Diminutive Falco UAV is first to carry both video and radar

Dubai Air Show » 2009
November 12, 2009, 11:04 PM

Selex Galileo, which produces the Falco tactical UAV, has recently integrated multiple reconnaissance sensors on the vehicle. With an mtow of only 1,078 pounds, the Falco may be the smallest UAV to carry both video and radar sensors. The Anglo-Italian company manufactures the sensors and the ground control system, as well as the air vehicle and its avionics.

It’s an open secret that Pakistan is the first customer. AIN has learned that five Falco systems have been supplied, each comprising four aircraft and one spare. They have been flying over the “badlands” of northwest Pakistan since early 2008, “looking into caves and terrorist camps,” according to a well-informed source.

Those aircraft carry only an electro-optical/infrared camera, but another Falco is now flying with the Selex Galileo PicoSAR radar added in an extended nose. This newly developed sensor has an active electronically scanned array and was specifically designed for small platforms, including UAVs. It offers three radar imaging modes, plus a ground moving target indicator (GMTI) and a Geo-MTI mode. The PicoSAR weighs just under 40 pounds, is fixed-mounted and requires no special aperture on the UAV, yet it has a resolution of just one meter at ranges up to 12.5 miles from the platform on which it is installed. Selex Galileo has already sold demonstration models of the PicoSAR to the UK and Norwegian governments.

The Falco was designed with the redundancy required to meet the draft air- worthiness rules for UAVs devised by the European Air Safety Agency. It became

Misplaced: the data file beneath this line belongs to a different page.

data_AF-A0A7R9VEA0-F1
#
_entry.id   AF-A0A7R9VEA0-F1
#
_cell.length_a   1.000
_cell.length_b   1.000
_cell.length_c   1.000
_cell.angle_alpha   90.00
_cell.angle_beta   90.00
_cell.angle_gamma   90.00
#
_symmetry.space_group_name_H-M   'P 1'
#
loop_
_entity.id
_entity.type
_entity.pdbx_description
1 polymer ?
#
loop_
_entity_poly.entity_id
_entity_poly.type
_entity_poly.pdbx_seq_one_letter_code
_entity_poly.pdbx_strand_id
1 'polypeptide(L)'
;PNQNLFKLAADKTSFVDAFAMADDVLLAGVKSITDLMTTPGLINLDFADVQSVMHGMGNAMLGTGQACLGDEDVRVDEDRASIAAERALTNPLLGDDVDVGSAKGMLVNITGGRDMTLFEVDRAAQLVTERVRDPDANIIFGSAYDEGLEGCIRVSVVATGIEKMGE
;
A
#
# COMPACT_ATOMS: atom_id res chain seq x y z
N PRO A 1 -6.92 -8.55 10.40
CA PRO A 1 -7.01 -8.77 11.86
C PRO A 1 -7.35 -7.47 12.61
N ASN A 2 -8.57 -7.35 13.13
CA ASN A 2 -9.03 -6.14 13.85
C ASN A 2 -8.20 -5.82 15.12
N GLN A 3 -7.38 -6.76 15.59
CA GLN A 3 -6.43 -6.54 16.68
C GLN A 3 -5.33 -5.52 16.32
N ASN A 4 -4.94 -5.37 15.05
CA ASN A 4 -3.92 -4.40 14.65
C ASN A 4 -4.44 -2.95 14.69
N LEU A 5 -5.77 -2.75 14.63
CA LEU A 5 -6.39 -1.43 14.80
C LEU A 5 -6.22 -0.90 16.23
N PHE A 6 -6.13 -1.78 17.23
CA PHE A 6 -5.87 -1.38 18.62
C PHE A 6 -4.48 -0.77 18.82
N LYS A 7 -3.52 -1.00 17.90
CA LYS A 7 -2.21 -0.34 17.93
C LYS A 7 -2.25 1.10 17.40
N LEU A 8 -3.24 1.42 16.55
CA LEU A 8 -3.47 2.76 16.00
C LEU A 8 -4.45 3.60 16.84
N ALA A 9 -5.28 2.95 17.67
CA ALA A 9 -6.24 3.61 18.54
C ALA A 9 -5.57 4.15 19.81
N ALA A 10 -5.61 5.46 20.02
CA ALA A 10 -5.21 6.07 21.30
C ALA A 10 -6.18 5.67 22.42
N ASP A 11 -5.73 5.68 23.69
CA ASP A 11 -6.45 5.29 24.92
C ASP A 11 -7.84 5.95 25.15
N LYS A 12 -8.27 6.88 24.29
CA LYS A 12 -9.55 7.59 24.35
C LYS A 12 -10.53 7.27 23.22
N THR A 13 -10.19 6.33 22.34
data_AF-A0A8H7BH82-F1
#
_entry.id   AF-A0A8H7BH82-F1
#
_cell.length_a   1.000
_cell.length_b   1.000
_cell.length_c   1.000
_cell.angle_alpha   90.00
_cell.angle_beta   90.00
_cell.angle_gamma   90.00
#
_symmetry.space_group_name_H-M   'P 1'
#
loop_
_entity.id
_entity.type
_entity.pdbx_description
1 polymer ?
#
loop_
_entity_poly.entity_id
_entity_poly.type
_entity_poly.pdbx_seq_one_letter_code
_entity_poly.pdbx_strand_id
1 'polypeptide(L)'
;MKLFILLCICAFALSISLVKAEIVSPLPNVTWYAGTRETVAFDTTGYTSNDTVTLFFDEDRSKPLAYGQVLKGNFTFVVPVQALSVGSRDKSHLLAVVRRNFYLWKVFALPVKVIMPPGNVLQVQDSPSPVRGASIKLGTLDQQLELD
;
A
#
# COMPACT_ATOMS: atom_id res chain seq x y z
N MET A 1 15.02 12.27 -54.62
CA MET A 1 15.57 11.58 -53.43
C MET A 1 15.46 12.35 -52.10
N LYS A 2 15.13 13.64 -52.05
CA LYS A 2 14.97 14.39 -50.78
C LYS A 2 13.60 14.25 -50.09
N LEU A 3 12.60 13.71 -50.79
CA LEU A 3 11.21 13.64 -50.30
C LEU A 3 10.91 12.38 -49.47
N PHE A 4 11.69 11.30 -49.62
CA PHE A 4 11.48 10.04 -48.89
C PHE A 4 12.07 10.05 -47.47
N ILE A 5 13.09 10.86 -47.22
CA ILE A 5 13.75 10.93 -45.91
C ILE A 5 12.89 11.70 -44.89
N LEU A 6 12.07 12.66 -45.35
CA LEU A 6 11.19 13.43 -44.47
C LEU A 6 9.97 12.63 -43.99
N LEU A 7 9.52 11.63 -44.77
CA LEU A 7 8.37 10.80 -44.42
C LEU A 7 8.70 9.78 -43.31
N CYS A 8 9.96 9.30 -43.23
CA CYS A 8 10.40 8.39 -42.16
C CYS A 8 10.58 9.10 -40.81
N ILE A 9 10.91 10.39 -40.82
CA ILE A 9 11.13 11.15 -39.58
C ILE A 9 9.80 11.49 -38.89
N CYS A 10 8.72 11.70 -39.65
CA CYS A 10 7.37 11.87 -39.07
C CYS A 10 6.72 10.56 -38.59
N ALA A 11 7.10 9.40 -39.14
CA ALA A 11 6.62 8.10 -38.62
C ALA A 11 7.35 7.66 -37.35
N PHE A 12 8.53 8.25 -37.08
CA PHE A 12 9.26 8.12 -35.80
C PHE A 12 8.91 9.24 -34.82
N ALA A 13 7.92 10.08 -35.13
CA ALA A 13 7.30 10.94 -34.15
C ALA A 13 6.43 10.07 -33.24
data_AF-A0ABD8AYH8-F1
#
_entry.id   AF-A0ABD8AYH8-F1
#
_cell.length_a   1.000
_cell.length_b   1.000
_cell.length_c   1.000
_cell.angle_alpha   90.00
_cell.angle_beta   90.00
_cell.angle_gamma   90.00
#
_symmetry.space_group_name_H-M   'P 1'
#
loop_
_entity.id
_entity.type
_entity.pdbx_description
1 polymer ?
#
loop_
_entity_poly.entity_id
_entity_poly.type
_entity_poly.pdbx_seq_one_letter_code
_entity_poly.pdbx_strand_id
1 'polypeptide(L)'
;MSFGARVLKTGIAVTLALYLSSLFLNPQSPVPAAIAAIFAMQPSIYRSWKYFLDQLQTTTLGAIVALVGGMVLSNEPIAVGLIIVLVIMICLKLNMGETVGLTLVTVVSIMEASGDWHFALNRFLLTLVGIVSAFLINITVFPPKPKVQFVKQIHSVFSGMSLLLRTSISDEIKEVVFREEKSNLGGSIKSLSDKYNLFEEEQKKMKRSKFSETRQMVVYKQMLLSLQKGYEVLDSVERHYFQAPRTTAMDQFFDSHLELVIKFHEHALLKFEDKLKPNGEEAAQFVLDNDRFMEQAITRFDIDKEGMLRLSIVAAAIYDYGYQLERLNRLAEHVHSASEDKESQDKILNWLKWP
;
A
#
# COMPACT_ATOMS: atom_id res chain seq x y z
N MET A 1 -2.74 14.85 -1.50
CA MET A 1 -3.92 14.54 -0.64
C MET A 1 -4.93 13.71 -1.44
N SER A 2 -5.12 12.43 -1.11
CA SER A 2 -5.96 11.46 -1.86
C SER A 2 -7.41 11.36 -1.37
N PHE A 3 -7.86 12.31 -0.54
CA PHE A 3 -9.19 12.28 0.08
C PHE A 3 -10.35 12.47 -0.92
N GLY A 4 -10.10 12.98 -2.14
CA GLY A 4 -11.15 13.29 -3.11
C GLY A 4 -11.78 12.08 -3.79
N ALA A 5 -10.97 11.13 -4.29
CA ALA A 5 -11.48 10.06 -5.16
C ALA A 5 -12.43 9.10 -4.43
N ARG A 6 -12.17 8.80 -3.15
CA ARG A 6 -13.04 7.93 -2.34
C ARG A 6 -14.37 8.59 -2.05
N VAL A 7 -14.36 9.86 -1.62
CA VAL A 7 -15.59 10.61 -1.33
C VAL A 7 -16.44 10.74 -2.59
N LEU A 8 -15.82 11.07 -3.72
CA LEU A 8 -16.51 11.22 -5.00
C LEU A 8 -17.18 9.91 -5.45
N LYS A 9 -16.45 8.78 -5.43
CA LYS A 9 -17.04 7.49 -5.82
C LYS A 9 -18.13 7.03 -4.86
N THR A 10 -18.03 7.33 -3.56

the first drone to be granted a civil permit to fly in Europe (although still only within segregated airspace). The Falco can be flown in manual or fully automatic modes, including take off and landing. It has been flight-tested in Italy, Bulgaria, the UK and most recently Finland. There, last July, Selex Galileo validated the latest version of its high mobility ground control station (HM-GCS), a truck-mounted system that can be located close to the area of interest and can take control of the UAV in flight. Thus the operating radius of the Falco is easily extended beyond the wideband datalink’s line-of-sight from the main, container-housed GCS. However, the automatic control mode allows the UAV to fly to waypoints beyond the range of the datalink.

The trials in Finland included launches from a pneumatic catapult–supplied by local company Robonic–and automatic landings at full weight. These trials demonstrated that further payloads could be added, including ELINT, according to Selex Galileo. The engine provides 1.2 kW of power to the sensors, which run on a separate power supply from the avionics and allows “plug-and-play.” The sensors are managed by a LAN onboard the UAV.

Three different electro-optical/infrared sensors have already been flown on the Falco: Selex Galileo’s EOST 46 and smaller turrets from FLIR Systems and Tamam. A laser-rangefinder can be added. The maximum payload is 154 pounds.

The Falco has an endurance of more than 14 hours, with one basic payload. It can fly longer if additional fuel is carried on the hardpoints that are attached to the wing sponsons. The best operating height is between 5,000 feet and 10,000 feet, although Selex Galileo quotes a ceiling of nearly 20,000 feet.

According to its makers, the Falco system has been designed for maximum deployability. It can be airlifted by a C-130 transport and 10 people can make it ready to fly within four hours. Only five people are needed for actual operations. 

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